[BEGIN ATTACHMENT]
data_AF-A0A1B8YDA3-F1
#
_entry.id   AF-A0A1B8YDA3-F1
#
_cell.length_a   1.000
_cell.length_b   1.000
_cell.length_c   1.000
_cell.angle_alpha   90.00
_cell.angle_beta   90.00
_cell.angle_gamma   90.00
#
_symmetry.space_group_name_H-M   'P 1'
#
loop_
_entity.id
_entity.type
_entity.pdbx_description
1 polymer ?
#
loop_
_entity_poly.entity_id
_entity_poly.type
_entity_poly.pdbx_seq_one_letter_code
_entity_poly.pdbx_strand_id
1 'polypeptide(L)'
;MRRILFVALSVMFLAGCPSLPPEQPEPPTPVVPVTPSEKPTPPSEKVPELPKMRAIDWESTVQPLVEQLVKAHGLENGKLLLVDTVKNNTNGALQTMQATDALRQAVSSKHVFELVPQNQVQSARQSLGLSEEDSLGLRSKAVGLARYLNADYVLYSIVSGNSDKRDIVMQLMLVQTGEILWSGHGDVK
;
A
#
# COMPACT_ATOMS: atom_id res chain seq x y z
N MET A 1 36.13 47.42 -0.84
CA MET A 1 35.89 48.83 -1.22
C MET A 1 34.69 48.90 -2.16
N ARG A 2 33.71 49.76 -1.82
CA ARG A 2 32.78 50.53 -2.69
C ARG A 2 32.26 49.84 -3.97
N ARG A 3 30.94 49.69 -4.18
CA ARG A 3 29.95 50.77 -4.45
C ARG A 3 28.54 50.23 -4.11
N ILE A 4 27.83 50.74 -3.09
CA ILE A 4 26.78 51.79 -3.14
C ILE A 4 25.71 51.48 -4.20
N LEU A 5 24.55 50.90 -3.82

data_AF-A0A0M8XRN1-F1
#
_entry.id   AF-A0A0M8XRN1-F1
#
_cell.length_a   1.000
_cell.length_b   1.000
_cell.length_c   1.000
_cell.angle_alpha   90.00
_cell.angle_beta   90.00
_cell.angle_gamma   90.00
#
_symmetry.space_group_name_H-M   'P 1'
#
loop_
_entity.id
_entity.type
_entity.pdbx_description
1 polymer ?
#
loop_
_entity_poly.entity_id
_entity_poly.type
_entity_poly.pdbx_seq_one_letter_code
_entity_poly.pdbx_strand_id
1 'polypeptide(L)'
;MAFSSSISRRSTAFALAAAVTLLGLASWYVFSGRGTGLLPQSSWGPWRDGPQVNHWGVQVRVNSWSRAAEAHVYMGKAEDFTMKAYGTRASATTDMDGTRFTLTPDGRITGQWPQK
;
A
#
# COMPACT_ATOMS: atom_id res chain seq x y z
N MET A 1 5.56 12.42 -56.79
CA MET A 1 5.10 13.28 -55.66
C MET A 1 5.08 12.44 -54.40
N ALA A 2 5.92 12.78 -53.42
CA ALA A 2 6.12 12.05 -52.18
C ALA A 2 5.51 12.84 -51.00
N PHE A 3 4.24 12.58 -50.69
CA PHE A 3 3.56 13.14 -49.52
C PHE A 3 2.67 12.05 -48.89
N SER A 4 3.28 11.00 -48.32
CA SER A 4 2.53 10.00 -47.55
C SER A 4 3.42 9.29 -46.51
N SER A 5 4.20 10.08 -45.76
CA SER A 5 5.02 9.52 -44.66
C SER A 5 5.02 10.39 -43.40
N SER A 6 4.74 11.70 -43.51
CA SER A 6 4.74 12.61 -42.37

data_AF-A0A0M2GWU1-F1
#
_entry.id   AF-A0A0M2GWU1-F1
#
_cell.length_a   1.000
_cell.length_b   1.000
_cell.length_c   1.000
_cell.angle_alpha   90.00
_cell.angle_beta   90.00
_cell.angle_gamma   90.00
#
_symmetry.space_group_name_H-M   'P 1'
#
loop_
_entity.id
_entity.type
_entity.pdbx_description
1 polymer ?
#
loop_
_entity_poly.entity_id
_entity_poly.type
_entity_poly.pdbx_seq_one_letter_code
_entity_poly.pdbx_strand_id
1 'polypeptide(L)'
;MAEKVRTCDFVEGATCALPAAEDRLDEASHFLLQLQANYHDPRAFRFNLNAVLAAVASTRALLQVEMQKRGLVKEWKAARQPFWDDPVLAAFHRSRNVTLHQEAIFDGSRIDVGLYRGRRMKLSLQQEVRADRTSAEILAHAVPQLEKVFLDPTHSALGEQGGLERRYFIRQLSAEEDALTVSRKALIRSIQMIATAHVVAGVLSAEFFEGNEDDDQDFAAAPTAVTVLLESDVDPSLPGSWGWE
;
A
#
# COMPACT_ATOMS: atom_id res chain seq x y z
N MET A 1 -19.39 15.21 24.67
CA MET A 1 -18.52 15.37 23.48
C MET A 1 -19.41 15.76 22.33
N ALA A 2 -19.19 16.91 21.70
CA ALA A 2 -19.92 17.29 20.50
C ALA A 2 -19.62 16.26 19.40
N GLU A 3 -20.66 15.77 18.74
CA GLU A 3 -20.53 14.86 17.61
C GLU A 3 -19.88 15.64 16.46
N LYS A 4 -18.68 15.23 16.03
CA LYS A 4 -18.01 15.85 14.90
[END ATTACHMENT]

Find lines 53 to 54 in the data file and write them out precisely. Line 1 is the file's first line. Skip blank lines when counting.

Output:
_cell.angle_gamma   90.00
#